By the fundamental theorem of arithmetic, every positive integer greater than 1 can be written as a product of primes. Thus, we can write every positive integer as $2^{ k }p_{ 1 }^{ q_{ 1 } }p_{ 2 }^{ q_{ 2 } }...p_{ m }^{ q_{ m } }$ for some non-2 primes $\{ p_{ i }\} _{ i=1 }^{ m }$, some non-negative integer $k$ and some positive integers $\{ q_{ i }\} _{ i=1 }^{ m }$. Let's say that the sequence of consecutive integers starts at some integer $x$ and ends at some integer $x+n$ where $n$ is some positive integer (thus there are $n+1$ terms in the sequence). Note that this excludes sets with just one member. The sum of the consecutive integers is then given by $\sum _{ k=0 }^{ n }{ (x+k) }$, and thus we need $\sum _{ k=0 }^{ n }{ (x+k) } =2^{ k }p_{ 1 }^{ q_{ 1 } }p_{ 2 }^{ q_{ 2 } }...p_{ m }^{ q_{ m } }$ for the particular $x$ and $n$ to constitute a valid sequence of $n+1$ members. This gives that $(n+1)x+\frac { n(n+1) }{ 2 } =2^{ k }p_{ 1 }^{ q_{ 1 } }p_{ 2 }^{ q_{ 2 } }...p_{ m }^{ q_{ m } }\quad \Leftrightarrow \quad x+\frac { n }{ 2 } =\frac { 2^{ k }p_{ 1 }^{ q_{ 1 } }p_{ 2 }^{ q_{ 2 } }...p_{ m }^{ q_{ m } }\quad }{ n+1 }$, and thus $x=\frac { 2^{ k }p_{ 1 }^{ q_{ 1 } }p_{ 2 }^{ q_{ 2 } }...p_{ m }^{ q_{ m } }\quad }{ n+1 } -\frac { n }{ 2 }$.

So, the question becomes, how many positive integers $n$ can we choose such that the right-hand side of that equation is an integer and thus, so too, is $x$.

Well, there are two potential cases, that $n$ is even and that $n$ is odd. If $n$ is even, we have that $\frac { n }{ 2 }$ is an integer and thus, so too, must $\frac { 2^{ k }p_{ 1 }^{ q_{ 1 } }p_{ 2 }^{ q_{ 2 } }...p_{ m }^{ q_{ m } }\quad }{ n+1 }$ be. Therefore, we have that $(n+1)|2^{ k }p_{ 1 }^{ q_{ 1 } }p_{ 2 }^{ q_{ 2 } }...p_{ m }^{ q_{ m } }$. If that is the case, along with n being even, $x$ must then be an integer and $x$ and $n$ constitute a valid pair. Thus, $n+1$ must be any divisor of $2^{ k }p_{ 1 }^{ q_{ 1 } }p_{ 2 }^{ q_{ 2 } }...p_{ m }^{ q_{ m } }$ such that $n$ is even, or, equivalently that $n+1$ is odd. Thus, we can let $n+1$ be any odd, positive divisor (except 1) of $2^{ k }p_{ 1 }^{ q_{ 1 } }p_{ 2 }^{ q_{ 2 } }...p_{ m }^{ q_{ m } }$ giving $(q_{ 1 }+1)(q_{ 2 }+1)(q_{ 3 }+1)...(q_{ m }+1)-1$ valid pairs $(x,n)$ which have even $n$ (we wish to exclude the case where $n+1=1$, as $n$ must be a positive integer). Next, we have the case that $n$ is odd. Going back to $x+\frac { n }{ 2 } =\frac { 2^{ k }p_{ 1 }^{ q_{ 1 } }p_{ 2 }^{ q_{ 2 } }...p_{ m }^{ q_{ m } }\quad }{ n+1 }$, we have, multiplying both sides by 2, that $2x+n=\frac { 2^{ k+1 }p_{ 1 }^{ q_{ 1 } }p_{ 2 }^{ q_{ 2 } }...p_{ m }^{ q_{ m } } }{ n+1 }$. Noting that because $n$ is odd and $2x$ is even, the left-hand side is an odd integer, and thus, so too, must the right-hand side be. Thus, $n+1$ must be a divisor of $\frac { 2^{ k+1 }p_{ 1 }^{ q_{ 1 } }p_{ 2 }^{ q_{ 2 } }...p_{ m }^{ q_{ m } } }{ n+1 }$ such that $2^{ k+1 }|(n+1)$. Therefore, we have that $n+1=2^{ k+1 }d$ where $d$ can be any positive divisor of $p_{ 1 }^{ q_{ 1 } }p_{ 2 }^{ q_{ 2 } }...p_{ m }^{ q_{ m } }$, as if $d$ is a positive integer and $k$ is a non-negative integer $2^{ k+1 }d-1$ will always be a positive integer. Thus, because each $d$ corresponds to $1$ valid odd $n$ we have $(q_{ 1 }+1)(q_{ 2 }+1)(q_{ 3 }+1)...(q_{ m }+1)$ valid odd $n$ and, thus, $2(q_{ 1 }+1)(q_{ 2 }+1)(q_{ 3 }+1)...(q_{ m }+1)-1$ total valid $n$, corresponding to exactly that many sequences of consecutive integers which sum to our original positive integer (excluding the sequence of just that positive integer)!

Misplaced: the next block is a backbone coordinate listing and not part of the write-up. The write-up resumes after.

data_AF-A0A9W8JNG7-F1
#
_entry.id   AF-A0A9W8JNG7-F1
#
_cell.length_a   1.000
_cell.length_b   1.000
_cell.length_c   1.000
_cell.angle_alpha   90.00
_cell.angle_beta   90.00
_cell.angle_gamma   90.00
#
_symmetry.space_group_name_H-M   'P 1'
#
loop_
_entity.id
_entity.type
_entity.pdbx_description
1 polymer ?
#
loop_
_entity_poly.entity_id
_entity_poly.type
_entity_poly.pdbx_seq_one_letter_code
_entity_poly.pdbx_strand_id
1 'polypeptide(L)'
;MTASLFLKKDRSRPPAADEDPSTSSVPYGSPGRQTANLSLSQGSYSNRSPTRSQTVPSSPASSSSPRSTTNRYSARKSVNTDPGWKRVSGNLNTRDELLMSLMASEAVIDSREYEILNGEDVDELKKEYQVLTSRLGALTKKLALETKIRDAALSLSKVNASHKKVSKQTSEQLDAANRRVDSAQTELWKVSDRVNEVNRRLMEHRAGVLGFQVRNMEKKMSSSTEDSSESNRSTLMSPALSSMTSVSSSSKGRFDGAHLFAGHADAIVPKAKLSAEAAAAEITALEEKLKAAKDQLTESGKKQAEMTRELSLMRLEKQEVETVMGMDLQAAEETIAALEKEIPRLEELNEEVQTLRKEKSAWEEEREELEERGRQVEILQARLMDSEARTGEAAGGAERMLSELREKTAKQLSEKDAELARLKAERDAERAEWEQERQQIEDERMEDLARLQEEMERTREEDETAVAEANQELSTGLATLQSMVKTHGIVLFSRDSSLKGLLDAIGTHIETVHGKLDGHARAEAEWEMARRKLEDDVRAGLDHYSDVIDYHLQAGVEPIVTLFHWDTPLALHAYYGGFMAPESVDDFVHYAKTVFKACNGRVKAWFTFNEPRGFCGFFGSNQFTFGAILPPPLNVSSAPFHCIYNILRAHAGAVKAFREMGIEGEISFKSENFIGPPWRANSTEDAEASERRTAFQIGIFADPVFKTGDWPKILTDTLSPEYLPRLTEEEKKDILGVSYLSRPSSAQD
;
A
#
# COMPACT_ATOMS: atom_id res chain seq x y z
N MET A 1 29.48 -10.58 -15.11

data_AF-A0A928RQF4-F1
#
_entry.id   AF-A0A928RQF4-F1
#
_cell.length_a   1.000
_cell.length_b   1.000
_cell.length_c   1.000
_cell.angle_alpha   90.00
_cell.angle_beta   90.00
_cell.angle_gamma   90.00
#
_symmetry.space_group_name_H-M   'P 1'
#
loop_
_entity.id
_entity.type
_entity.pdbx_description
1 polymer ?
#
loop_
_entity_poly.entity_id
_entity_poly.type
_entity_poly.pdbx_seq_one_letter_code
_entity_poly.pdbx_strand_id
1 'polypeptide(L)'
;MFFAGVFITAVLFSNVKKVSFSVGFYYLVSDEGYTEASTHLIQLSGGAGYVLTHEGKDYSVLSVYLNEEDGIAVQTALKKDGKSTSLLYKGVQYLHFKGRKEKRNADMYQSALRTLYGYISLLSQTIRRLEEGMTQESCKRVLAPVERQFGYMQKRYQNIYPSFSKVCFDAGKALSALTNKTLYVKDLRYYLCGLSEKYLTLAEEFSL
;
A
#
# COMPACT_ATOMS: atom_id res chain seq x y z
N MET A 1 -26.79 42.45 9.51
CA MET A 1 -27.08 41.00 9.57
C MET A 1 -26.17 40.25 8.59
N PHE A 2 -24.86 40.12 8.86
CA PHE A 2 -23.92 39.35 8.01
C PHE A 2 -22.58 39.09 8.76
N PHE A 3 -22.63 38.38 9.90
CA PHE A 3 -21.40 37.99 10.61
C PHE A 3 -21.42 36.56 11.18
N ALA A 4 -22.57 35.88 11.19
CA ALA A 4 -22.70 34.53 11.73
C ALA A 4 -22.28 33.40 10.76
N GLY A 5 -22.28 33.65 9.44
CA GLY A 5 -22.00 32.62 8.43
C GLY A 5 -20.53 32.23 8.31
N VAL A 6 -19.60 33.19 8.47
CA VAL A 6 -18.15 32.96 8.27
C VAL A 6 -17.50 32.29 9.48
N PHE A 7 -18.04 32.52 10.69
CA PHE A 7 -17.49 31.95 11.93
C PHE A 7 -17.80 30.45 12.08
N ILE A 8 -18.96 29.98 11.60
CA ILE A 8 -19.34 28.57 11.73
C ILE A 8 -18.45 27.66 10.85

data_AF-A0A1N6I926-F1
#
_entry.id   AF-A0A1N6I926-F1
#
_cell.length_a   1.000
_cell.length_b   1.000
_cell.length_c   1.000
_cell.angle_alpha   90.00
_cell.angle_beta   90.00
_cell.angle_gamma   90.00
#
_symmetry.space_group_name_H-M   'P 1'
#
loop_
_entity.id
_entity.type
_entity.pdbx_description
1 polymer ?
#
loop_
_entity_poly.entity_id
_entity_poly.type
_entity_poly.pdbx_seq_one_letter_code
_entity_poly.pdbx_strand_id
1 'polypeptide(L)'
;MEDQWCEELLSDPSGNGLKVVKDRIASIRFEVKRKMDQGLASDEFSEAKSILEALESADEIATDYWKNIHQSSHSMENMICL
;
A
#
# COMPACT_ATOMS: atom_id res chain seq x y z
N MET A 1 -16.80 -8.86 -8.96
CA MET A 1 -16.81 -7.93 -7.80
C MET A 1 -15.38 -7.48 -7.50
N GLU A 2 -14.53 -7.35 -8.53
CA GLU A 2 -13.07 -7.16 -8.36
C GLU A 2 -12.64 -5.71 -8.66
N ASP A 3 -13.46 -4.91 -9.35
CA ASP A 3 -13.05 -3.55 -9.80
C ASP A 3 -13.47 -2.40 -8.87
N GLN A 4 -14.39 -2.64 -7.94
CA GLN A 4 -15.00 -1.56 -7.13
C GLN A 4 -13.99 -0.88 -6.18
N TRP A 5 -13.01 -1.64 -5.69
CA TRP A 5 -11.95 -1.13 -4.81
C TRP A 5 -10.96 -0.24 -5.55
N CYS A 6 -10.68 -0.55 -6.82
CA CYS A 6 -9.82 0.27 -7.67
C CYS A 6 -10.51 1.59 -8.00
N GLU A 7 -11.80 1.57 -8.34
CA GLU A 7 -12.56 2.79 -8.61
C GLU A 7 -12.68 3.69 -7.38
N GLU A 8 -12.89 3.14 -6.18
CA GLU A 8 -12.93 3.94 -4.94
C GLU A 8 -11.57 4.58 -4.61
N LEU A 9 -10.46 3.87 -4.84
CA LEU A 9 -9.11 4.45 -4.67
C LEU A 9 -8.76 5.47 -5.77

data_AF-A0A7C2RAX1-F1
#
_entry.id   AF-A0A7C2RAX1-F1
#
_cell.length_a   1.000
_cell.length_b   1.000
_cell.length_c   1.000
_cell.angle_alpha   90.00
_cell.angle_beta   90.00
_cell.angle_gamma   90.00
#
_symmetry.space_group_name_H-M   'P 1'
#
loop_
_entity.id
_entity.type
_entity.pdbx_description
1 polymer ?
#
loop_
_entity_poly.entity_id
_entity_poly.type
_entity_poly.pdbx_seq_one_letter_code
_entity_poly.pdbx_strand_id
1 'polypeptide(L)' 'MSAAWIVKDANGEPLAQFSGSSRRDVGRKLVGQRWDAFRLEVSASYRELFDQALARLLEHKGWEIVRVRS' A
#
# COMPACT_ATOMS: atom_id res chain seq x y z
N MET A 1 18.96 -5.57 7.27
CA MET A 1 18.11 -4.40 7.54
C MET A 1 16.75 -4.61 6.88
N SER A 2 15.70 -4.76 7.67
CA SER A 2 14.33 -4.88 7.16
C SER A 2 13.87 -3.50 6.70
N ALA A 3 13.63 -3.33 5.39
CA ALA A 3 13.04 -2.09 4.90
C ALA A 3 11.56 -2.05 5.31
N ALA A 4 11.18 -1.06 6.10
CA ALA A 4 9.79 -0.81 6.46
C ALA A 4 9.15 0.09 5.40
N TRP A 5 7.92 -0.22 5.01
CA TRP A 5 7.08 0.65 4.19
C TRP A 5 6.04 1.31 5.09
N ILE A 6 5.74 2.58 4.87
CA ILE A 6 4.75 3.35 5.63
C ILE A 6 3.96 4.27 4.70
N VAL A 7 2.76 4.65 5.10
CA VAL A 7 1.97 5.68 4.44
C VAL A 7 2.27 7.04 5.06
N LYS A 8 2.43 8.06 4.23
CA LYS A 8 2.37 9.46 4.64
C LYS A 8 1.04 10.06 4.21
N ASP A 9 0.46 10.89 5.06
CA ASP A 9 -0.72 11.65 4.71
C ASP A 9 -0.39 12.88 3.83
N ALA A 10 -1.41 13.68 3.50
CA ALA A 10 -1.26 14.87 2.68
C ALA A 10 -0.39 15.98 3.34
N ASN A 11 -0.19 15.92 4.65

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TopNewestThis is an unusually interesting setup. I think having a problem that applies these stuffs might be worthwhile. Would you like to post one?

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